I tend to think of the first two as a pair of cases, as they both concern the relationship between religion and government. Carson v. Macon concerned a Maine school district that offered subsidies to secular private schools to compensate for a lack of public schools, but not religious-based private schools. To do so, Maine claimed, would constitute a government endorsement of religion, thus violating the Establishment Clause of the Constitution. The parents who brought suit argued that to not offer subsidies to religious-based schools constituted discrimination against a religious group, thus violating the Free Exercise Clause and Equal Protection Clause of the 1st and 14th Amendments. The Supreme Court ruled in favor of the parents. In Kennedy v. Bremerton, a high school football coach insisted on praying at center field after games, which became widely publicized and often had crowds on-hand to participate. The football coach was told by the school district to stop holding these prayers, as in their view, it constituted an endorsement of religion on the part of the school district. The football coach eventually sued, citing the Free Exercise Clause. The Supreme Court ruled in favor of the football coach. In both Macon and Bremerton, the Establishment Clause was weakened, and the Free Exercise Clause was strengthened. That much is relatively simple. What is particularly disturbing, however, is the transition in religious freedom cases from “may not” to “may” to “must”. Until the past 80 years or so, the idea that a school district would be required to provide scholarships to religious-based private schools was completely inconceivable. In the past several decades, the precedent in Establishment Clause cases has shifted from “may not endorse”, as in “may not provide scholarships”, to “may endorse”, as in “may allow a coach to pray if it chooses”, to now “must endorse”. It is this transition that Justice Sotomayor references when she writes in her Macon dissent, “What a difference five years makes. In 2017, I feared that the Court was ‘lead[ing] us . . . to a place where separation of church and state is a constitutional slogan, not a constitutional commitment.’... Today, the Court leads us to a place where separation of church and state becomes a constitutional violation.” She adds in her Bremerton dissent, “the Court sets us further down a perilous path in forcing States to entangle themselves with religion, with all of our rights hanging in the balance.” Not to place my own words on the same level as the queen herself Justice Sotomayor, but if I could just add one thing: I’m not convinced this decision would have been the same if it was a Muslim with a prayer rug at the 50-yard line.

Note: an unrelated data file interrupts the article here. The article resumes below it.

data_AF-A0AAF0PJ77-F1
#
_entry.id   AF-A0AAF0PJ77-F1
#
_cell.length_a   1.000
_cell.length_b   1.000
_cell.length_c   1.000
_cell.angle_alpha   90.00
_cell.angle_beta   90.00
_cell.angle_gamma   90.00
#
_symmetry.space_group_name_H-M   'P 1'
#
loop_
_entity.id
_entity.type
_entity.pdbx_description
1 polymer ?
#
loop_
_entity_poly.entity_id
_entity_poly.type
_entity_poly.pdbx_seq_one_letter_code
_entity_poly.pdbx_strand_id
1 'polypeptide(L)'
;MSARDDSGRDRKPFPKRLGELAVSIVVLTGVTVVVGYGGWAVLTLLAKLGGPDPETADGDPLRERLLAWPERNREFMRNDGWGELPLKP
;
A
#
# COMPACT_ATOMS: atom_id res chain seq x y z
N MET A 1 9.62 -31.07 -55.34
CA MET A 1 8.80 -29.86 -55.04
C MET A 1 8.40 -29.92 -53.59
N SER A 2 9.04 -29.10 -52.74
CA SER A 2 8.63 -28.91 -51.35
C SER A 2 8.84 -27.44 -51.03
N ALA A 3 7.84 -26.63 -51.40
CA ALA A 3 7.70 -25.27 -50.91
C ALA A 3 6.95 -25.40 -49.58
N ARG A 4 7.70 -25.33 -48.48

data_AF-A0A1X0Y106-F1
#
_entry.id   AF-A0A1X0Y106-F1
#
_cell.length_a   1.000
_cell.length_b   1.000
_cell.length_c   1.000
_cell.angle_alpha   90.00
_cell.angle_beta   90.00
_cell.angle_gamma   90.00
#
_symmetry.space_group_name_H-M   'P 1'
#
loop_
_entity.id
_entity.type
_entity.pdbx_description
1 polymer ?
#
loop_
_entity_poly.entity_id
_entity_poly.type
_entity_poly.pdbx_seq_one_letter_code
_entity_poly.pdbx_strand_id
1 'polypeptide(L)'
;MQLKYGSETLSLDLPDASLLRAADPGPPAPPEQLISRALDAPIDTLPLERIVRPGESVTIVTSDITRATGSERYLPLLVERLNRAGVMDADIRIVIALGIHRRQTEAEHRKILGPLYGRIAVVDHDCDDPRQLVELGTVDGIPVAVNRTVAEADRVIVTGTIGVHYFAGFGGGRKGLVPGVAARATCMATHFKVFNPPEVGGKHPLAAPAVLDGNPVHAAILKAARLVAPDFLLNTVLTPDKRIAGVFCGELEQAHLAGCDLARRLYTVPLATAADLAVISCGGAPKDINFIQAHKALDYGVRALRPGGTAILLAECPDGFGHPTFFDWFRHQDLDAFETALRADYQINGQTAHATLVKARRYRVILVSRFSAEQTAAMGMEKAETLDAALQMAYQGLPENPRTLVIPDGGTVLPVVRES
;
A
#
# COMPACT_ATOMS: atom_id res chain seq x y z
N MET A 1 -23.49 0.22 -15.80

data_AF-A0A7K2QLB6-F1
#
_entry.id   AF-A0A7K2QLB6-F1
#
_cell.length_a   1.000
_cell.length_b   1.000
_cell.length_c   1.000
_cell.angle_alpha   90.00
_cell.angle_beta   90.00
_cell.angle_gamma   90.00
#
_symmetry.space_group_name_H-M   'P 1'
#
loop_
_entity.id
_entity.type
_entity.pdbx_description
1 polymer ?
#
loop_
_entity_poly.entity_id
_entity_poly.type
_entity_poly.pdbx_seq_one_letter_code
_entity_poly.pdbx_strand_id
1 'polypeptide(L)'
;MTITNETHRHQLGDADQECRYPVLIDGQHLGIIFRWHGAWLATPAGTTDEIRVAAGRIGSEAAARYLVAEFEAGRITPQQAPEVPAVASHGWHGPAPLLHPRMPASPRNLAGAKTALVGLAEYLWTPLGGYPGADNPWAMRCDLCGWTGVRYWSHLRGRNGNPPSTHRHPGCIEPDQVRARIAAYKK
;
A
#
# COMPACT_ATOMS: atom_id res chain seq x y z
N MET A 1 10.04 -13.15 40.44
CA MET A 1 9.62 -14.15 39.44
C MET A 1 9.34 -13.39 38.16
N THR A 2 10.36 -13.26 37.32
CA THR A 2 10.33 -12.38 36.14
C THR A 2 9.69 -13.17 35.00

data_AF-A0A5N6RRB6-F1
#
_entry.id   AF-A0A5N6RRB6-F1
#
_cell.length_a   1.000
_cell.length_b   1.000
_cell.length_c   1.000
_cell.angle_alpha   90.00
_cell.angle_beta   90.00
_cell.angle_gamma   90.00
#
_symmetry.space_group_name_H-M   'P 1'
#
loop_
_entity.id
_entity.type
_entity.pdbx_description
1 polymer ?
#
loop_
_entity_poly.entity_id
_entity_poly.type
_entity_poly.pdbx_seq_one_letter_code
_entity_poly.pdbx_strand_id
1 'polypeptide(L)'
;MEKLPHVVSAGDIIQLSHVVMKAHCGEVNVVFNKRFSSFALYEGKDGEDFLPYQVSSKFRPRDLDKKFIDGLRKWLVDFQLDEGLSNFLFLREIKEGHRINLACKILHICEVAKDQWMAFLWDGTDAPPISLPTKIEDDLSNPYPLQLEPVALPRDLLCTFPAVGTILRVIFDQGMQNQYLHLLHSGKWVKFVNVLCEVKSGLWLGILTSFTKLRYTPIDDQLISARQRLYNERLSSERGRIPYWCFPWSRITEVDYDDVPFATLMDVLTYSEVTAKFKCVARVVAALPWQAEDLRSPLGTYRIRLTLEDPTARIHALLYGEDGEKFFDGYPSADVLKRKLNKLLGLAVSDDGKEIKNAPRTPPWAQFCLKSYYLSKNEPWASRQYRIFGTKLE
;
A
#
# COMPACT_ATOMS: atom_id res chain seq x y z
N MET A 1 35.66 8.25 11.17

Now, for New York v. Bruen. It’s a common belief that the original intent of the 2nd Amendment was about gun ownership. In fact, most constitutional scholars agree that the primary intent of the Founders in including the 2nd Amendment among the Bill of Rights was to prevent a standing military. In reading the Federalist Papers, it’s pretty clear that the Founders considered one of the biggest threats to freedom to be a standing army controlled by a central government. Such an army, the Founders believed, was a danger to liberty because it could always be turned on its citizens. So, they wrote the 2nd Amendment to ensure that “A well regulated Militia, being necessary to the security of a free State, the right of the people to keep and bear Arms, shall not be infringed.” That is, an organized resistance of citizens was necessary to defend itself from a standing army. There was a common law expectation of gun ownership, sure, but the Founders were not concerned with an individual right to gun ownership. They wanted every citizen to be a part of the militia, and they wanted the militia to have the right to be armed. It’s also worth noting that there were many, many restrictions on who could be a part of the militia, and therefore own a weapon. Chief among them: you had to be White, you had to be a man, and you had to own property. I would argue universal background checks seem comparably minimal, but I digress. It wasn’t until District of Columbia v. Heller (a 5-4 decision along ideological lines, by the way) in 2008 that the Supreme Court recognized an individual right to private gun ownership. And, of course, it wasn’t until 2022 that the Supreme Court recognized a constitutional right for an individual to carry a weapon in public for self-defense in New York v. Bruen. Early in the summer, I was jogging around the Washington Monument when I came upon a field of thousands of orange and white flowers. 45,222 bouquets, in fact; one for each person killed by a gun in 2020. Just a few miles away, almost exactly one month after 19 children and 2 adults were killed at an elementary school in Uvalde, Texas, the Supreme Court made it easier to carry a gun in public.